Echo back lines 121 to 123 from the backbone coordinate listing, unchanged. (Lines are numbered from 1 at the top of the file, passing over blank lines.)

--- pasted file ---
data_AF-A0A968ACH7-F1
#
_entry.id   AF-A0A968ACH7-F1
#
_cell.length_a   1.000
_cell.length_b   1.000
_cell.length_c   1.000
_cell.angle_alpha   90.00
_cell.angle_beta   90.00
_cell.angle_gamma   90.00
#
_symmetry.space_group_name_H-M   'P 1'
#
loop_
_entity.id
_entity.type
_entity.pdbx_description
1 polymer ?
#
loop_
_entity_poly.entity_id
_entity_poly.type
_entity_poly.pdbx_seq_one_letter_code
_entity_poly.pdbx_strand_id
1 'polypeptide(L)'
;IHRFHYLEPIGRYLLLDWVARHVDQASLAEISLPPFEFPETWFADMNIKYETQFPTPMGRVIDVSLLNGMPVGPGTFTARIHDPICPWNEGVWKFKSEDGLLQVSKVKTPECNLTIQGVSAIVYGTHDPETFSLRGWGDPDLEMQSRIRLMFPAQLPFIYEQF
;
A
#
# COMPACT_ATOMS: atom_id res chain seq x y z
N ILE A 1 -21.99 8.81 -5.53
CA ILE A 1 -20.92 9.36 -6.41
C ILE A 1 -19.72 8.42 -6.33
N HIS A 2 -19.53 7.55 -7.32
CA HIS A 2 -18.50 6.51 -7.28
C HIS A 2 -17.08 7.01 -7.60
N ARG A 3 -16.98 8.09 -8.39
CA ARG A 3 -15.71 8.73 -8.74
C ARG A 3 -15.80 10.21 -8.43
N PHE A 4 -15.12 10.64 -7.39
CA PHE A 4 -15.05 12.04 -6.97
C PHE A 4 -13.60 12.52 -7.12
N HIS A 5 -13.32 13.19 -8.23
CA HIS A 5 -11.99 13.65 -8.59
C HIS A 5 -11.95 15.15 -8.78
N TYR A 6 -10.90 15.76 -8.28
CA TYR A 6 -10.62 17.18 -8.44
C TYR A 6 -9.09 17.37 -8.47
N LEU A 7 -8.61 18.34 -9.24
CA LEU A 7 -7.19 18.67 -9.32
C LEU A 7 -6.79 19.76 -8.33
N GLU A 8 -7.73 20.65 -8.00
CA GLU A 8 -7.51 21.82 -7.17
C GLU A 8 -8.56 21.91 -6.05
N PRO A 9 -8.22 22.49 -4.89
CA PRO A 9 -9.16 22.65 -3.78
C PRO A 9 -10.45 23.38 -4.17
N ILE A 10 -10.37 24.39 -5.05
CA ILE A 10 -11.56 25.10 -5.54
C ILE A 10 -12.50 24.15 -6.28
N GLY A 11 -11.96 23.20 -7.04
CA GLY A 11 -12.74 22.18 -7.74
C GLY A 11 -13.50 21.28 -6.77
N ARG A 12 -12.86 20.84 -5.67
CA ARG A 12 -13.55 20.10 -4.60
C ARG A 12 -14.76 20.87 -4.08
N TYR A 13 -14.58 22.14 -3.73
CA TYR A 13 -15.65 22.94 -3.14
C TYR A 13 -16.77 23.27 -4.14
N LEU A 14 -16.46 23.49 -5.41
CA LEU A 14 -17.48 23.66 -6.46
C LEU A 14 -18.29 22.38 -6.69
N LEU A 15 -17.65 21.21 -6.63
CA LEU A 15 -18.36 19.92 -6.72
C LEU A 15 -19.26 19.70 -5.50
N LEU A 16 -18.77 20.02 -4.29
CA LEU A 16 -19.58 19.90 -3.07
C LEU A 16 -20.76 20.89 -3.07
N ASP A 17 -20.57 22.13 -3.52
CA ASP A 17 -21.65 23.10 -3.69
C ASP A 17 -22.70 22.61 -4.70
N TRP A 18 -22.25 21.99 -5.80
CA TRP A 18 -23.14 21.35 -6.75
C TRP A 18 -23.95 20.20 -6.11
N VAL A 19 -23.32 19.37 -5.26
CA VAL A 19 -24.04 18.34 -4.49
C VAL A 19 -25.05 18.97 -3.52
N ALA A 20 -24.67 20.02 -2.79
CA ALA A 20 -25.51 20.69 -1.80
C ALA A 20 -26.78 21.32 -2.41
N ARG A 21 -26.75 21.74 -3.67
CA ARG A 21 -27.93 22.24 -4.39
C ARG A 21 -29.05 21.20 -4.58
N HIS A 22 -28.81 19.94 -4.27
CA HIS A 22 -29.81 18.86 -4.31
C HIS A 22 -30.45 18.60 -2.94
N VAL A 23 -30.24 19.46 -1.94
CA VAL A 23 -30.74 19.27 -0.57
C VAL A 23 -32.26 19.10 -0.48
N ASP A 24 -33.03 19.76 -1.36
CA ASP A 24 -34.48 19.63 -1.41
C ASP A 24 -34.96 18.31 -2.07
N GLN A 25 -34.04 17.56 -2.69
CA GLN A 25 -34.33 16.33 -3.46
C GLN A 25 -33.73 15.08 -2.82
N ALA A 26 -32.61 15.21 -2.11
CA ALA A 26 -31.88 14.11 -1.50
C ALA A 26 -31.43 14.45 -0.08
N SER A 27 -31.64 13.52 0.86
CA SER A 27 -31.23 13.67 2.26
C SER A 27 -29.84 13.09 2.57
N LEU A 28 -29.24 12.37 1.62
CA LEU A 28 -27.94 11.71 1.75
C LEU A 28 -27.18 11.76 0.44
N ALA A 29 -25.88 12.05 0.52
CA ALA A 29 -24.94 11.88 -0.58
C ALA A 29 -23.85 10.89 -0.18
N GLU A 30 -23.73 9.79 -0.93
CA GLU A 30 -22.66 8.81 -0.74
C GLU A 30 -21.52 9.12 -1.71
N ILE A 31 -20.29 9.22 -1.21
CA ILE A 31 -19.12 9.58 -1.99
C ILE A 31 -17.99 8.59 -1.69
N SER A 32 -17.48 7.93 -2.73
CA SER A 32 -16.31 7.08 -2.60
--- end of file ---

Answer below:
N ILE A 31 -20.29 9.22 -1.21
CA ILE A 31 -19.12 9.58 -1.99
C ILE A 31 -17.99 8.59 -1.69